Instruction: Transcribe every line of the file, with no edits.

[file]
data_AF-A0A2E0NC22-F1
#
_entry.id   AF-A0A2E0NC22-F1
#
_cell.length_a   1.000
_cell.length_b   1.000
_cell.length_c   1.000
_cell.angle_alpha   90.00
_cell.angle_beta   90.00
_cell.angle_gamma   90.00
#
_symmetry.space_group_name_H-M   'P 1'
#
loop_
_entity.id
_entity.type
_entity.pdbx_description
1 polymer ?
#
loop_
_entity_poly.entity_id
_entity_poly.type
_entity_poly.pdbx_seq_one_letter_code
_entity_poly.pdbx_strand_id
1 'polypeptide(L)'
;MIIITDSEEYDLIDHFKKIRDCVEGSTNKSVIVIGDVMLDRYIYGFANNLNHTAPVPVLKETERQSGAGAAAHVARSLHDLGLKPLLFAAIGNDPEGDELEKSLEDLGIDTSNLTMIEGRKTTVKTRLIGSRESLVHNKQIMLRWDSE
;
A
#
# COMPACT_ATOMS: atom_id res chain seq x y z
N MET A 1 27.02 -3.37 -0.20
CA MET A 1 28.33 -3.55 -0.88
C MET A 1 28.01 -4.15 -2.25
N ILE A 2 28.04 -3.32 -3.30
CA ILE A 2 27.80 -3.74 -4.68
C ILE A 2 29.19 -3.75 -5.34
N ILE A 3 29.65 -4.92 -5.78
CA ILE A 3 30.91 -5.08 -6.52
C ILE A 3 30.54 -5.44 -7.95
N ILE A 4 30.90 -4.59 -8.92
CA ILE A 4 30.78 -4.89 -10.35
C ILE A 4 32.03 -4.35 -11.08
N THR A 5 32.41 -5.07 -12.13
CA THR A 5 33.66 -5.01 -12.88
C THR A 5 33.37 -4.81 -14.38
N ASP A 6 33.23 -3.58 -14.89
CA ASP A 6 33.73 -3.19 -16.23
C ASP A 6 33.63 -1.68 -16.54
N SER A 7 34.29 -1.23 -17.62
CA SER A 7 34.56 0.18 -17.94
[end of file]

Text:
data_AF-A0A2E0NC22-F1
#
_entry.id   AF-A0A2E0NC22-F1
#
_cell.length_a   1.000
_cell.length_b   1.000
_cell.length_c   1.000
_cell.angle_alpha   90.00
_cell.angle_beta   90.00
_cell.angle_gamma   90.00
#
_symmetry.space_group_name_H-M   'P 1'
#
loop_
_entity.id
_entity.type
_entity.pdbx_description
1 polymer ?
#
loop_
_entity_poly.entity_id
_entity_poly.type
_entity_poly.pdbx_seq_one_letter_code
_entity_poly.pdbx_strand_id
1 'polypeptide(L)'
;MIIITDSEEYDLIDHFKKIRDCVEGSTNKSVIVIGDVMLDRYIYGFANNLNHTAPVPVLKETERQSGAGAAAHVARSLHDLGLKPLLFAAIGNDPEGDELEKSLEDLGIDTSNLTMIEGRKTTVKTRLIGSRESLVHNKQIMLRWDSE
;
A
#
# COMPACT_ATOMS: atom_id res chain seq x y z
N MET A 1 27.02 -3.37 -0.20
CA MET A 1 28.33 -3.55 -0.88
C MET A 1 28.01 -4.15 -2.25
N ILE A 2 28.04 -3.32 -3.30
CA ILE A 2 27.80 -3.74 -4.68
C ILE A 2 29.19 -3.75 -5.34
N ILE A 3 29.65 -4.92 -5.78
CA ILE A 3 30.91 -5.08 -6.52
C ILE A 3 30.54 -5.44 -7.95
N ILE A 4 30.90 -4.59 -8.92
CA ILE A 4 30.78 -4.89 -10.35
C ILE A 4 32.03 -4.35 -11.08
N THR A 5 32.41 -5.07 -12.13
CA THR A 5 33.66 -5.01 -12.88
C THR A 5 33.37 -4.81 -14.38
N ASP A 6 33.23 -3.58 -14.89
CA ASP A 6 33.73 -3.19 -16.23
C ASP A 6 33.63 -1.68 -16.54
N SER A 7 34.29 -1.23 -17.62
CA SER A 7 34.56 0.18 -17.94